Bob Ross Light at The Summit

Painting along with Bob Ross again I did this:

When you see the progress shots you’ll notice I added that one tree right over the top of the best part. I knew I should have stopped but like Bob I love doing the trees. I started off with a silhouette of sky and mountains.

This time I used water soluble oil paints. These work mostly like oil paint but you clean up using water instead of solvents. The reason I used them is I wanted to speed up my painting the way he does with big buckets to clean the brush and then banging it on another bucket to dry it. If you watch Bob’s painting, he does this many times, laughing about coating the studio with paint thinner and wiping it on his pants.

During his life he probably washed brushes like this hundreds of thousands of times. No gloves, solvent everywhere, soaking his skin, clothes, and studio with dangerous chemicals. People scoff at this, but he was using massive amounts of solvent and spraying it everywhere. This is different from a painter with a tiny jar and drying a small brush with a paper towel.

I believe Bob Ross died of lymphoma at 52 because of repeated and prolonged exposure to large amounts of solvents. Others will point at painters who don’t get cancer and say it’s not possible, but again Bob was exposed to crazy amounts of it, and early solvents that were not very refined.

When I try his methods even with just water it’s a mess. I’m trying to be careful too so I don’t have to clean paint off my floor. I have two buckets with water and another plastic can for banging. The water still gets on my gloves, floor, and legs in small quantities.  Just based on my experience painting like him with water and being careful I can see he was soaked in it.

It’s too bad that painters are told these solvents are as harmless as water. They are definitely not, and there’s nothing macho or painterly about soaking your skin with toxic chemicals. Numerous painters eventually have to stop because constant exposure gives them rashes, allergic reactions, and breathing problems. The few who say they’re fine after 30 years are just falling for survivor bias.

I try to always wear gloves. It makes cleanup easier and protects my skin. Other painters make fun of me, but then I just grab my paper towels, invert my gloves over the garbage like bags, and walk away all cleaned up while they’re washing their hands and dealing with irritated skin or worse. It’s even more important with pastels as the binder and pigments are an irritant too.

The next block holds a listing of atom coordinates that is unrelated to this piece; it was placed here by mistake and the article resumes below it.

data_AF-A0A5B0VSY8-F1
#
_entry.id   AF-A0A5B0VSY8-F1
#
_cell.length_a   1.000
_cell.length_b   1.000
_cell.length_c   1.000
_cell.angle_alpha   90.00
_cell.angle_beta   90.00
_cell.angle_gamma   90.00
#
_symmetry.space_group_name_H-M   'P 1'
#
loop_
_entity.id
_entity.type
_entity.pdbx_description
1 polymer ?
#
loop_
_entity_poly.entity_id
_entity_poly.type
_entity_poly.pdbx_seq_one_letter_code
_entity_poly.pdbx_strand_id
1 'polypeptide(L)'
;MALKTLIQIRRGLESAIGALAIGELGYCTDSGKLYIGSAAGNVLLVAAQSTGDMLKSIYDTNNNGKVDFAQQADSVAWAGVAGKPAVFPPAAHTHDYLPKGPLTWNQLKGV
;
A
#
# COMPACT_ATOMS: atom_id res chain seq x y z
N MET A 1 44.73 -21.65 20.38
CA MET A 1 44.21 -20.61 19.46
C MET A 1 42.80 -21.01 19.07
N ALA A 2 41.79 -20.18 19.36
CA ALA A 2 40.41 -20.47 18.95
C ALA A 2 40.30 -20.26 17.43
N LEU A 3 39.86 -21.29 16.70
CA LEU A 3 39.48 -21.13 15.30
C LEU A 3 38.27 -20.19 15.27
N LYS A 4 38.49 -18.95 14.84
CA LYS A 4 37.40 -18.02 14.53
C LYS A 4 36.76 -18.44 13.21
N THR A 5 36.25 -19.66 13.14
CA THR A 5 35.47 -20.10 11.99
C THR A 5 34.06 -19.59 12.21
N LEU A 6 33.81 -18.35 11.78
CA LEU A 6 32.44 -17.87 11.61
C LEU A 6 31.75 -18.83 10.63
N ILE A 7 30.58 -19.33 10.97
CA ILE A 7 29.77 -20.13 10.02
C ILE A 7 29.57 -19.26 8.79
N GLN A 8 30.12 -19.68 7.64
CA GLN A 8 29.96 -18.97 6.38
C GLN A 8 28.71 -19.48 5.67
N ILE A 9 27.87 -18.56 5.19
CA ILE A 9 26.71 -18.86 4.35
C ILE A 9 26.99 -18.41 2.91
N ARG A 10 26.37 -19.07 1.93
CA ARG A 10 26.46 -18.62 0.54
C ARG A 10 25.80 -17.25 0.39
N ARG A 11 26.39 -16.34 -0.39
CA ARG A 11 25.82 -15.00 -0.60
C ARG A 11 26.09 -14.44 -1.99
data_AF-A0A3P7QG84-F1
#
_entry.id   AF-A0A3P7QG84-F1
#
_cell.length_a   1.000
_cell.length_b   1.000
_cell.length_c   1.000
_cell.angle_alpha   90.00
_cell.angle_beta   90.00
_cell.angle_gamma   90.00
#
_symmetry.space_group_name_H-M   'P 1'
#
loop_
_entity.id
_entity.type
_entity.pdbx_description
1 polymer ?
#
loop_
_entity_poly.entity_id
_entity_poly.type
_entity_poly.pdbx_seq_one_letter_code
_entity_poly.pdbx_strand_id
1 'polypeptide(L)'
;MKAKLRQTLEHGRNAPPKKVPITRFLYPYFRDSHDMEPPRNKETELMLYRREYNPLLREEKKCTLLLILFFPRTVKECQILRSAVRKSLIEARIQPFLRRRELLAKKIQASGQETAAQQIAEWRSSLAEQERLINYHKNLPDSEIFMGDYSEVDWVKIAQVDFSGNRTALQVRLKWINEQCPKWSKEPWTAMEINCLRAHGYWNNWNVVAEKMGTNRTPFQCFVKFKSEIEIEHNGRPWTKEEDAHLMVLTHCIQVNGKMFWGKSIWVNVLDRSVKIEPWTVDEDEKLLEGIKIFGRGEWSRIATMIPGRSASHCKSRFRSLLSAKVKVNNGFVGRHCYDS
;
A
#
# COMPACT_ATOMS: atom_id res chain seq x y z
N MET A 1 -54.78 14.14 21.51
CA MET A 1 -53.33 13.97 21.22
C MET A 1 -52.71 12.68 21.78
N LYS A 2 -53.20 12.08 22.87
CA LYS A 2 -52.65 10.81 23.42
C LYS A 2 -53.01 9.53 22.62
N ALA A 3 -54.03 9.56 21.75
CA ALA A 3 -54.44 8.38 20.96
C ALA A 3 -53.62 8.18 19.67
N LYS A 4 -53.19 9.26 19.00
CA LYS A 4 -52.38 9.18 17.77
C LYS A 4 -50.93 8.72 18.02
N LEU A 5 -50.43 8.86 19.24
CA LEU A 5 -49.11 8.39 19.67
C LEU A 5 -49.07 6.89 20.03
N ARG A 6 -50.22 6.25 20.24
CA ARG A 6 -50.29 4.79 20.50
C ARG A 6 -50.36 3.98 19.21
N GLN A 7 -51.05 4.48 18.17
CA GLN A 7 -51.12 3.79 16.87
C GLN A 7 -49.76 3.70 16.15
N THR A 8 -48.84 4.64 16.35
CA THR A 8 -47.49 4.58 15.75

Sometimes painters will claim gloves ruin their sensitivity but I just point out how doctors all wear gloves and operate on delicate organs. I’m pretty sure if a doctor can operate on an eye or a heart while wearing gloves you can fling your shoulder around a shitty oil landscape.

Bob Ross’s Misty Foothills

I did another Bob Ross last night, mistly using the knife but not entirely:

I love using the palette knife to paint like this but I don’t get much opportunity to use it with the classical realism I do. I think my next Ross will be all knife.

Here’s the progression:

Mastercopy of Bob Ross’s “Camper’s Haven”

I love following along with Bob Ross so tonight I spent a few hours doing Camper’s Haven and here’s the results. Keep in mind I’m in the heat of battle and just used my phone real quick for all but the final shot. That shot uses my nice camera so looks correct. Here it is:

Now the progression:

Had to do those damn trees twice. Just couldn’t get them dark enough.

And then finally:

I’ll let it dry and the do something about those violently green bushes and water in the bottom right. Fucking Pthalo green.

Lady Agnew Day 2

Starting with my wash from yesterday:

I went in and tried to get basic big flat shapes in the background:

Then the chair and the cloth on her legs:

And using the same colors to do the blouse and then basic shapes for the sash and skin:

The final color for the skin is just a simple “dead color” that makes her look like a zombie. 

I now let this dry and I’ll do another layer adding what details I can and spend most of the time on the face.

While doing this I finally noticed that one eyebrow was raised.

Taking My Saint Anger Cast Drawing Home

I finally finished my Saint Anger cast drawing and will be taking it home today. Here’s the final drawing with the cast just before I go home:

And here’s the cast on its own:

I used claybord on it which I’m liking as a pencil drawing surface. This project took me 6 months to complete, working on it about 8 hours a week. It’s done in very controlled pencil rendering.